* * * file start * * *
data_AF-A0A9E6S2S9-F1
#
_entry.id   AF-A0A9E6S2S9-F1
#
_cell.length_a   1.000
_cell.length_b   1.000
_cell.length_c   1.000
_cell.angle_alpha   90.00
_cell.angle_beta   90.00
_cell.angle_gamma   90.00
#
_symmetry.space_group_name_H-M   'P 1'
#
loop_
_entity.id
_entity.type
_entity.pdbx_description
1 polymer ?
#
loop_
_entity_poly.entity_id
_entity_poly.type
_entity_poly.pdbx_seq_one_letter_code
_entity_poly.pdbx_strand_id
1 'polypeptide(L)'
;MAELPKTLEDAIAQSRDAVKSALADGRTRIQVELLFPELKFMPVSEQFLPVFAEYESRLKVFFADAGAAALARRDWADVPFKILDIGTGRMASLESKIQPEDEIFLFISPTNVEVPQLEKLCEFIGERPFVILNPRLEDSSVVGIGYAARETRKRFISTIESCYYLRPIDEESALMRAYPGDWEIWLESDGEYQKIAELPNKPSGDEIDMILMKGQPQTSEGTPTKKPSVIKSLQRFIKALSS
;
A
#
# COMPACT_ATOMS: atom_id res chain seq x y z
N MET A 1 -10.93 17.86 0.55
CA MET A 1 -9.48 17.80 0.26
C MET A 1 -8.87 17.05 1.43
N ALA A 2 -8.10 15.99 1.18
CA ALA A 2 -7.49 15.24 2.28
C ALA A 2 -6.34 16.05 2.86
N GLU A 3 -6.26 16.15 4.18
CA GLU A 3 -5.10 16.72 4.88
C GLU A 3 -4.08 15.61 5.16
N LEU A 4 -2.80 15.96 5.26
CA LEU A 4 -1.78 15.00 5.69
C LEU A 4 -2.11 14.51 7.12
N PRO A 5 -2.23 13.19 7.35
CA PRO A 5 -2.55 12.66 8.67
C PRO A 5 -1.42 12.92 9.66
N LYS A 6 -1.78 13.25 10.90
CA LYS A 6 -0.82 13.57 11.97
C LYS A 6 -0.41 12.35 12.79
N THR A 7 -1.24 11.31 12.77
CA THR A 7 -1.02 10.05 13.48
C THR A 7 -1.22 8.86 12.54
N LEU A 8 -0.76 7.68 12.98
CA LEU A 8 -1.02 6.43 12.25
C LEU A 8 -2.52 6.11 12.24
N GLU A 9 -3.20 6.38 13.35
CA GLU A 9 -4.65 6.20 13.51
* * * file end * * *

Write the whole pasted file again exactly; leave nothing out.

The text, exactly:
data_AF-A0A9E6S2S9-F1
#
_entry.id   AF-A0A9E6S2S9-F1
#
_cell.length_a   1.000
_cell.length_b   1.000
_cell.length_c   1.000
_cell.angle_alpha   90.00
_cell.angle_beta   90.00
_cell.angle_gamma   90.00
#
_symmetry.space_group_name_H-M   'P 1'
#
loop_
_entity.id
_entity.type
_entity.pdbx_description
1 polymer ?
#
loop_
_entity_poly.entity_id
_entity_poly.type
_entity_poly.pdbx_seq_one_letter_code
_entity_poly.pdbx_strand_id
1 'polypeptide(L)'
;MAELPKTLEDAIAQSRDAVKSALADGRTRIQVELLFPELKFMPVSEQFLPVFAEYESRLKVFFADAGAAALARRDWADVPFKILDIGTGRMASLESKIQPEDEIFLFISPTNVEVPQLEKLCEFIGERPFVILNPRLEDSSVVGIGYAARETRKRFISTIESCYYLRPIDEESALMRAYPGDWEIWLESDGEYQKIAELPNKPSGDEIDMILMKGQPQTSEGTPTKKPSVIKSLQRFIKALSS
;
A
#
# COMPACT_ATOMS: atom_id res chain seq x y z
N MET A 1 -10.93 17.86 0.55
CA MET A 1 -9.48 17.80 0.26
C MET A 1 -8.87 17.05 1.43
N ALA A 2 -8.10 15.99 1.18
CA ALA A 2 -7.49 15.24 2.28
C ALA A 2 -6.34 16.05 2.86
N GLU A 3 -6.26 16.15 4.18
CA GLU A 3 -5.10 16.72 4.88
C GLU A 3 -4.08 15.61 5.16
N LEU A 4 -2.80 15.96 5.26
CA LEU A 4 -1.78 15.00 5.69
C LEU A 4 -2.11 14.51 7.12
N PRO A 5 -2.23 13.19 7.35
CA PRO A 5 -2.55 12.66 8.67
C PRO A 5 -1.42 12.92 9.66
N LYS A 6 -1.78 13.25 10.90
CA LYS A 6 -0.82 13.57 11.97
C LYS A 6 -0.41 12.35 12.79
N THR A 7 -1.24 11.31 12.77
CA THR A 7 -1.02 10.05 13.48
C THR A 7 -1.22 8.86 12.54
N LEU A 8 -0.76 7.68 12.98
CA LEU A 8 -1.02 6.43 12.25
C LEU A 8 -2.52 6.11 12.24
N GLU A 9 -3.20 6.38 13.35
CA GLU A 9 -4.65 6.20 13.51